Effects of Stress on Current Cancer Patients
While there is limited evidence to explain the connection between chronic stress and elevated cancer risk, there’s plenty of evidence that it worsens existing cancers. Stress can speed metastasis, the process by which cancer spreads from its initial location throughout a patient’s body. Animal studies performed on mice have proven that metastasis occurs quicker when stress hormones increase in the body, suggesting there is likely a connection in humans, as well.
Tips for Reducing Stress
While acute stress usually fades away after the triggering situation has passed, chronic stress can be more difficult to manage. The key for people who cannot simply leave the stressful situation is to develop healthy coping mechanisms that do not elevate cancer risk, as do smoking, drinking, and taking drugs.
Setting priorities can help to prevent people from becoming burned out. Instead, they can determine what needs to be done immediately and what tasks can be put off until later, focusing on only those stressful tasks that are most essential. People will have a little more time to unwind as a result, which can have a dramatic positive impact on their stress levels.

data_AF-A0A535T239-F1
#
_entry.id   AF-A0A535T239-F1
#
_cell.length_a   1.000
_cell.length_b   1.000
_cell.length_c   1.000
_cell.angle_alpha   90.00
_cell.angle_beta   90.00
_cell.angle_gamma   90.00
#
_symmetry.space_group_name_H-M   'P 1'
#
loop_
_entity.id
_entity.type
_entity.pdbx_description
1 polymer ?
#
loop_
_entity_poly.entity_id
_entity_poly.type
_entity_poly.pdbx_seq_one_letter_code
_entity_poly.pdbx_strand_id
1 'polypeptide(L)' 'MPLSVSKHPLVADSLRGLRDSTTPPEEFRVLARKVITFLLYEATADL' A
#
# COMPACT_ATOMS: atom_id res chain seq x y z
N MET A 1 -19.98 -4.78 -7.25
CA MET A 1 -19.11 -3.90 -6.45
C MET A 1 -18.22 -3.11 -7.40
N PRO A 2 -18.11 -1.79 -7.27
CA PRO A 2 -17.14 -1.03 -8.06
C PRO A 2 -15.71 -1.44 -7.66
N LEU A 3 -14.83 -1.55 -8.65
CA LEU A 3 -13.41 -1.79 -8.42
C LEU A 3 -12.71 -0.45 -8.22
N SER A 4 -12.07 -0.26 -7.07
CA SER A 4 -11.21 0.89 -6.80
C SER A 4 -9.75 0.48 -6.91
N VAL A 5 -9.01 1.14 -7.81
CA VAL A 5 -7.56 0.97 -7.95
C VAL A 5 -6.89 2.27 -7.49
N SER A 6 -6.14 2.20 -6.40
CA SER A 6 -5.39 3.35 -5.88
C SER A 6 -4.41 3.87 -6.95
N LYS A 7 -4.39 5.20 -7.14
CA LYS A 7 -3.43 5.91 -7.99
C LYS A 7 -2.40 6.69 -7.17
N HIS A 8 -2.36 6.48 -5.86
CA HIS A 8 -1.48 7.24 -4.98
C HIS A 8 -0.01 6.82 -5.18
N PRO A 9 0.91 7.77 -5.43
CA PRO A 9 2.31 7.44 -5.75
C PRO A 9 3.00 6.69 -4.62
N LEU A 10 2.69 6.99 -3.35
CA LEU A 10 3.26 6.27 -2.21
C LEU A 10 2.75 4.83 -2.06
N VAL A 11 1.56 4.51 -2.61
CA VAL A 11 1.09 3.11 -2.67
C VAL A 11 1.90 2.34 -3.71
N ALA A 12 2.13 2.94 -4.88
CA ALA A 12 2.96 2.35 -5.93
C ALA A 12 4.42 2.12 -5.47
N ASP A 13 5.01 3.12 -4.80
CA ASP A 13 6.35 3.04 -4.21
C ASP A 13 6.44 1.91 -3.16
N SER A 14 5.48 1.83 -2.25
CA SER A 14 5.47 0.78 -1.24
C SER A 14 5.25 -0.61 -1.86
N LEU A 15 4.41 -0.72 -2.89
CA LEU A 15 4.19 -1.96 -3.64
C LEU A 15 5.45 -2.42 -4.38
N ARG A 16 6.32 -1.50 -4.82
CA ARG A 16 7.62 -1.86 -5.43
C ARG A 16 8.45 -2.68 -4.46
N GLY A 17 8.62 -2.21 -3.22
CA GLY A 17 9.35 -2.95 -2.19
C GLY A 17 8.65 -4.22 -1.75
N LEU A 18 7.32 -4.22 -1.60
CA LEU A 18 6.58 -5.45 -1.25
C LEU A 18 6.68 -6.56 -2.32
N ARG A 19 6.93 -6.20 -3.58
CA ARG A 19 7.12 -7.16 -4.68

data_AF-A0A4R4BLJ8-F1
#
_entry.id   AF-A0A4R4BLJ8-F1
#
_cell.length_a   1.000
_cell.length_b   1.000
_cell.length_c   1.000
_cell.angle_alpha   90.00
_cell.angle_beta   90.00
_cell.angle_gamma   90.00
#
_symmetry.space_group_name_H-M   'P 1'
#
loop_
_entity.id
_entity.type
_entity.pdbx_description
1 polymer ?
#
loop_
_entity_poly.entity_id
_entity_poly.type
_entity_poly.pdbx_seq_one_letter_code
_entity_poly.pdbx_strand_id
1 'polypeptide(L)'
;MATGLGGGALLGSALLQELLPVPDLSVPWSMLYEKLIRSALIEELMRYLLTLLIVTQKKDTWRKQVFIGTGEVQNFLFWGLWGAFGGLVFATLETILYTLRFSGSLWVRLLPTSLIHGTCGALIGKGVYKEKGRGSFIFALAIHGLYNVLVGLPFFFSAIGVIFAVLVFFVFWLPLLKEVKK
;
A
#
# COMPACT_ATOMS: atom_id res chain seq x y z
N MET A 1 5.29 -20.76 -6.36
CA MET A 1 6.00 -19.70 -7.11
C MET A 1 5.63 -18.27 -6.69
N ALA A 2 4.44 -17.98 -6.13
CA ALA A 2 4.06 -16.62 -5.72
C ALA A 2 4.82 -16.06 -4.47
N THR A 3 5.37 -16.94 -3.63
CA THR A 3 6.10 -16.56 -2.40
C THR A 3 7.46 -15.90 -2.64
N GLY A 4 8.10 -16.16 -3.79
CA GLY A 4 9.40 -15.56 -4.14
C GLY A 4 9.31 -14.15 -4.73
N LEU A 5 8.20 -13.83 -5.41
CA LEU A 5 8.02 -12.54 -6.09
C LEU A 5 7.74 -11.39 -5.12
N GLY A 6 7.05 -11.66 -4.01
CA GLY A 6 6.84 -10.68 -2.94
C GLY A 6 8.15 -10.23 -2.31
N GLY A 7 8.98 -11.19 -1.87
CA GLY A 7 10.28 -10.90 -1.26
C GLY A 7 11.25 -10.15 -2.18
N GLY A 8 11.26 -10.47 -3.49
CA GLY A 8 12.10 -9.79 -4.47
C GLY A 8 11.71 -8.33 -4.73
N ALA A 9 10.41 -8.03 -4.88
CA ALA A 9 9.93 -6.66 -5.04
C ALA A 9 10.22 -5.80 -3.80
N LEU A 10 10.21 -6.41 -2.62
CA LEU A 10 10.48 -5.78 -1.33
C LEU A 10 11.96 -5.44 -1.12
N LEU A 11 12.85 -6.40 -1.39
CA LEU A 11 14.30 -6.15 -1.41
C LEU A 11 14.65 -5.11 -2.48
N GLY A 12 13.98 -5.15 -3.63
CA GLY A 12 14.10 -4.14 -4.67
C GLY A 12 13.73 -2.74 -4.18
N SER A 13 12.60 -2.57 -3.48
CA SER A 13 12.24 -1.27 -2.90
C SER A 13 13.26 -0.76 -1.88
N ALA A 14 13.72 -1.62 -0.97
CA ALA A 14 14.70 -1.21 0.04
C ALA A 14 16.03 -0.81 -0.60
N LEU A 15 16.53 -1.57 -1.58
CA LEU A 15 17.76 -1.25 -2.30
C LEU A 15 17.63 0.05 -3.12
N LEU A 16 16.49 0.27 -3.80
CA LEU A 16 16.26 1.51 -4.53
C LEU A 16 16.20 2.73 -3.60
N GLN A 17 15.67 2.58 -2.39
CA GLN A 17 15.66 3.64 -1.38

Burn Off Steam
Regular exercise is a great way to deal with stress. Use some of the time freed up by setting priorities to head out for a bike ride, go for a run, or find other ways to get a good cardiovascular workout. Not only will doing so decrease stress, but it will also improve overall health. That can act as a protective factor against cancer.
Try Relaxation Techniques
Relaxation techniques like meditation, deep breathing and yoga can all be great stress relievers. Those techniques take time to learn, though, so don’t get discouraged if a huge breakthrough doesn’t come immediately. Those dealing with stress due to financial problems don’t have to spend a small fortune to learn these common relaxation techniques, as there are plenty of learning resources available for free online.
Get Enough Sleep
Prioritize sleep, even if it means putting off getting important tasks done. All adults need at least seven or eight hours of sleep a night to function optimally, so find a way to fit sufficient sleep time in. Since stress and anxiety can cause insomnia, it may be worth speaking with a mental health professional to discuss options.
The Bottom Line
While most doctors and researchers believe there is a connection between elevated chronic stress levels and cancer risk, there still isn’t enough conclusive empirical evidence to say definitively that there is a direct connection. Given how many negative health outcomes can be avoided by reducing stress and how much lower levels of anxiety can improve quality of living, there’s no reason not to work on developing healthier coping mechanisms, though. Cancer patients and those who are concerned that they may be at elevated risk of eventually developing cancer should take advantage of stress reduction techniques in their daily lives.